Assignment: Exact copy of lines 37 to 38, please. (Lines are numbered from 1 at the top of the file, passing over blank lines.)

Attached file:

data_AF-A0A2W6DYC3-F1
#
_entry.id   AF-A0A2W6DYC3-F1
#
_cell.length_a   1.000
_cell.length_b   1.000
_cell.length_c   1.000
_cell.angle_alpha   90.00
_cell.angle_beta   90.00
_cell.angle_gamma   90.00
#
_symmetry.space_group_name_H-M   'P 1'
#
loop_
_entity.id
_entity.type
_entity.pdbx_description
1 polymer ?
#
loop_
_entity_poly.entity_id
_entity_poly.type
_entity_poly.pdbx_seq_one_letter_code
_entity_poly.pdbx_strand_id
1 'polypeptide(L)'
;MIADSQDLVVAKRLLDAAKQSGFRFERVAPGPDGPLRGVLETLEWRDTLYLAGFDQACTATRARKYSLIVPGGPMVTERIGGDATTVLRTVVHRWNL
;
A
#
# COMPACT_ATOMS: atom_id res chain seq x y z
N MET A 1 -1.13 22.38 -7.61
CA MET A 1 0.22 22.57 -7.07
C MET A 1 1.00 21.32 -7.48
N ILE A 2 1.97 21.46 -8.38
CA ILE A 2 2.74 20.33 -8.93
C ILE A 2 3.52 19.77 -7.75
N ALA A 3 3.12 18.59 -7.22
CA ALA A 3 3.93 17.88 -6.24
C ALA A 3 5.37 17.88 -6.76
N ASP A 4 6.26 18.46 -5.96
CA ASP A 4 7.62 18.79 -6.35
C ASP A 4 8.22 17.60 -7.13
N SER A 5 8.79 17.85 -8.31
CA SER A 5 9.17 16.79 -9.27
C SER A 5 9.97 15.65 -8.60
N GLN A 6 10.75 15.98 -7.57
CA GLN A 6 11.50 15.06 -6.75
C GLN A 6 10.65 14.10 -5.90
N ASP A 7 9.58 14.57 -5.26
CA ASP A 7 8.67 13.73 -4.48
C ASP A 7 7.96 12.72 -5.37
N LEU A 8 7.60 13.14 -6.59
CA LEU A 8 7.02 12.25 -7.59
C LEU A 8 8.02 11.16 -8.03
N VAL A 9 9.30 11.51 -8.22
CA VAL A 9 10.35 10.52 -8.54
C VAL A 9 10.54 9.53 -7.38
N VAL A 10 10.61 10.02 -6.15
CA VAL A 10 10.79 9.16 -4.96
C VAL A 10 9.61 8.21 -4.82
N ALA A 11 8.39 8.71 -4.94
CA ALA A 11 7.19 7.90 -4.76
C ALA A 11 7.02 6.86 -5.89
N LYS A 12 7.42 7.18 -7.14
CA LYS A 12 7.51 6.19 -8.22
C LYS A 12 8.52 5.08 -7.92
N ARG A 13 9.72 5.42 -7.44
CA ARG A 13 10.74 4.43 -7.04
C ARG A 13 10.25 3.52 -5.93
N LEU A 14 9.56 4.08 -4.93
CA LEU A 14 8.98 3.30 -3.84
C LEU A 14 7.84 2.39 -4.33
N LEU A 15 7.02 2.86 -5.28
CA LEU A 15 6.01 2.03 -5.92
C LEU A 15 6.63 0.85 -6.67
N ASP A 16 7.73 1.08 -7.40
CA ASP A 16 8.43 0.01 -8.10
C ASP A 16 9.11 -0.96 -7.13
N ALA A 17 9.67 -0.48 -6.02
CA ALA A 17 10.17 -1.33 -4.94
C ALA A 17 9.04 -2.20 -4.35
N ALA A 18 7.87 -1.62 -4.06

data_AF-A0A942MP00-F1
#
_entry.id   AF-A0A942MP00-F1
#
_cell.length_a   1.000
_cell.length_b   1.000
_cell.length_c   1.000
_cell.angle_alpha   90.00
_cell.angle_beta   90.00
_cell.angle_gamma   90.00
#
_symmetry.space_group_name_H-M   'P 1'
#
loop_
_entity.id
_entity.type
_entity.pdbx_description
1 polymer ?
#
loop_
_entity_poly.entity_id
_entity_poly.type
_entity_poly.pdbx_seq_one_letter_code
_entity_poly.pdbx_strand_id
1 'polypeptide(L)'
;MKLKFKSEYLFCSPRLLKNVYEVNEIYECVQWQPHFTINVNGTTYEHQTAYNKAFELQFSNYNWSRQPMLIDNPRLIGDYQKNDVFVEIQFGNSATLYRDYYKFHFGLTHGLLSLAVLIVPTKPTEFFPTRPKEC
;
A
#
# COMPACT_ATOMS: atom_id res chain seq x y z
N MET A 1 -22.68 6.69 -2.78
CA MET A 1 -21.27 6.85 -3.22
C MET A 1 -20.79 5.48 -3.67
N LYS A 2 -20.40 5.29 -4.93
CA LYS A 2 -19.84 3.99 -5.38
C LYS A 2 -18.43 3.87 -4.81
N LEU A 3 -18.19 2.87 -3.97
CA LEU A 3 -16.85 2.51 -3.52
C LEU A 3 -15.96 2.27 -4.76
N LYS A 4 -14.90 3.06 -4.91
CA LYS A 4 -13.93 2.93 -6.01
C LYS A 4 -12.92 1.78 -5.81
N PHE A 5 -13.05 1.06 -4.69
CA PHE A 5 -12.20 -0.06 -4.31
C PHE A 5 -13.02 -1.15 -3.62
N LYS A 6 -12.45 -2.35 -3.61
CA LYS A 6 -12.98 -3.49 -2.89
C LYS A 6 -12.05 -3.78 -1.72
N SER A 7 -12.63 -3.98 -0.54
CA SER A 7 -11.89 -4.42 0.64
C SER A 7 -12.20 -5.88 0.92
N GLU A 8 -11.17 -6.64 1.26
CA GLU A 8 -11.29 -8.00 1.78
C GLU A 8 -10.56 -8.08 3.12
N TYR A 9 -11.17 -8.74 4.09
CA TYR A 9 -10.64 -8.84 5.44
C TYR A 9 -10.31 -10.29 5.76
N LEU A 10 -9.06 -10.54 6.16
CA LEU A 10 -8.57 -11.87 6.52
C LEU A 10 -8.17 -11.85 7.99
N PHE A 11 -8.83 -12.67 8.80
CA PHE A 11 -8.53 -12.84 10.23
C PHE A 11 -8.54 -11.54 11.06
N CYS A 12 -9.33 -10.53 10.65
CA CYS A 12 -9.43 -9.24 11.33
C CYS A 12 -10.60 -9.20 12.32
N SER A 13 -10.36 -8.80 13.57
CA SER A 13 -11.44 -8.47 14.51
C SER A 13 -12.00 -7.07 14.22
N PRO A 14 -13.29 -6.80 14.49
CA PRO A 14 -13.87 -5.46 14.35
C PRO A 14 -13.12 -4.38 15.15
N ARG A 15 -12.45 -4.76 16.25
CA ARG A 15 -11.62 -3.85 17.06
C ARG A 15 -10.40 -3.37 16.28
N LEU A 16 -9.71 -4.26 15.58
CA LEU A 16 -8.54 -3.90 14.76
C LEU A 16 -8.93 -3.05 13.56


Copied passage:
N ALA A 3 3.12 18.59 -7.22
CA ALA A 3 3.93 17.88 -6.24